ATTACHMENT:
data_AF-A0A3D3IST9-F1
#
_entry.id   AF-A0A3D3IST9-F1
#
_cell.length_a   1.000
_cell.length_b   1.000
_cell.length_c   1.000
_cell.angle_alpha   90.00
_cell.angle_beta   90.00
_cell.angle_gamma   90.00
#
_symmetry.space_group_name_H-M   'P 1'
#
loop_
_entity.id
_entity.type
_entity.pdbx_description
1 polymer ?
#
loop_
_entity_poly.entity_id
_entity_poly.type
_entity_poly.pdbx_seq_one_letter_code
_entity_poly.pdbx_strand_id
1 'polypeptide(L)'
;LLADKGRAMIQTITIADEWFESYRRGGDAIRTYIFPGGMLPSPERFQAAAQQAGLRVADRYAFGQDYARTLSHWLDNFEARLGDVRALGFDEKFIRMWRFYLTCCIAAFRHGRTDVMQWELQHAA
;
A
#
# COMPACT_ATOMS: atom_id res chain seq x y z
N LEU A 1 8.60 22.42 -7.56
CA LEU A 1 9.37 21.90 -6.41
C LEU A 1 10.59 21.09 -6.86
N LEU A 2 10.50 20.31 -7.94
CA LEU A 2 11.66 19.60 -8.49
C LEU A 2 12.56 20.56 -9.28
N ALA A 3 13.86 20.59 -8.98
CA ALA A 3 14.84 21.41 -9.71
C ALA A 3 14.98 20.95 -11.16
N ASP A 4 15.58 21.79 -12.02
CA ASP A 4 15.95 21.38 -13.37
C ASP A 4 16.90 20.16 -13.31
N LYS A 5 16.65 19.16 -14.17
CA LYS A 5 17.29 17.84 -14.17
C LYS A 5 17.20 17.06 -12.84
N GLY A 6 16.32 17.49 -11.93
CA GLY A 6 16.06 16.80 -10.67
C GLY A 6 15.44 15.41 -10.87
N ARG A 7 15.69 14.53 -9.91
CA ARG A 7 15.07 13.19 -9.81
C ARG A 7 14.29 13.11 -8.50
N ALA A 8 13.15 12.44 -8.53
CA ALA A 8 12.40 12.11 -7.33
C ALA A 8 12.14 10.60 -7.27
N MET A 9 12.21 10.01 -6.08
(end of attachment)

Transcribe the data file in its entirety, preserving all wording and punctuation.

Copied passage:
data_AF-A0A3D3IST9-F1
#
_entry.id   AF-A0A3D3IST9-F1
#
_cell.length_a   1.000
_cell.length_b   1.000
_cell.length_c   1.000
_cell.angle_alpha   90.00
_cell.angle_beta   90.00
_cell.angle_gamma   90.00
#
_symmetry.space_group_name_H-M   'P 1'
#
loop_
_entity.id
_entity.type
_entity.pdbx_description
1 polymer ?
#
loop_
_entity_poly.entity_id
_entity_poly.type
_entity_poly.pdbx_seq_one_letter_code
_entity_poly.pdbx_strand_id
1 'polypeptide(L)'
;LLADKGRAMIQTITIADEWFESYRRGGDAIRTYIFPGGMLPSPERFQAAAQQAGLRVADRYAFGQDYARTLSHWLDNFEARLGDVRALGFDEKFIRMWRFYLTCCIAAFRHGRTDVMQWELQHAA
;
A
#
# COMPACT_ATOMS: atom_id res chain seq x y z
N LEU A 1 8.60 22.42 -7.56
CA LEU A 1 9.37 21.90 -6.41
C LEU A 1 10.59 21.09 -6.86
N LEU A 2 10.50 20.31 -7.94
CA LEU A 2 11.66 19.60 -8.49
C LEU A 2 12.56 20.56 -9.28
N ALA A 3 13.86 20.59 -8.98
CA ALA A 3 14.84 21.41 -9.71
C ALA A 3 14.98 20.95 -11.16
N ASP A 4 15.58 21.79 -12.02
CA ASP A 4 15.95 21.38 -13.37
C ASP A 4 16.90 20.16 -13.31
N LYS A 5 16.65 19.16 -14.17
CA LYS A 5 17.29 17.84 -14.17
C LYS A 5 17.20 17.06 -12.84
N GLY A 6 16.32 17.49 -11.93
CA GLY A 6 16.06 16.80 -10.67
C GLY A 6 15.44 15.41 -10.87
N ARG A 7 15.69 14.53 -9.91
CA ARG A 7 15.07 13.19 -9.81
C ARG A 7 14.29 13.11 -8.50
N ALA A 8 13.15 12.44 -8.53
CA ALA A 8 12.40 12.11 -7.33
C ALA A 8 12.14 10.60 -7.27
N MET A 9 12.21 10.01 -6.08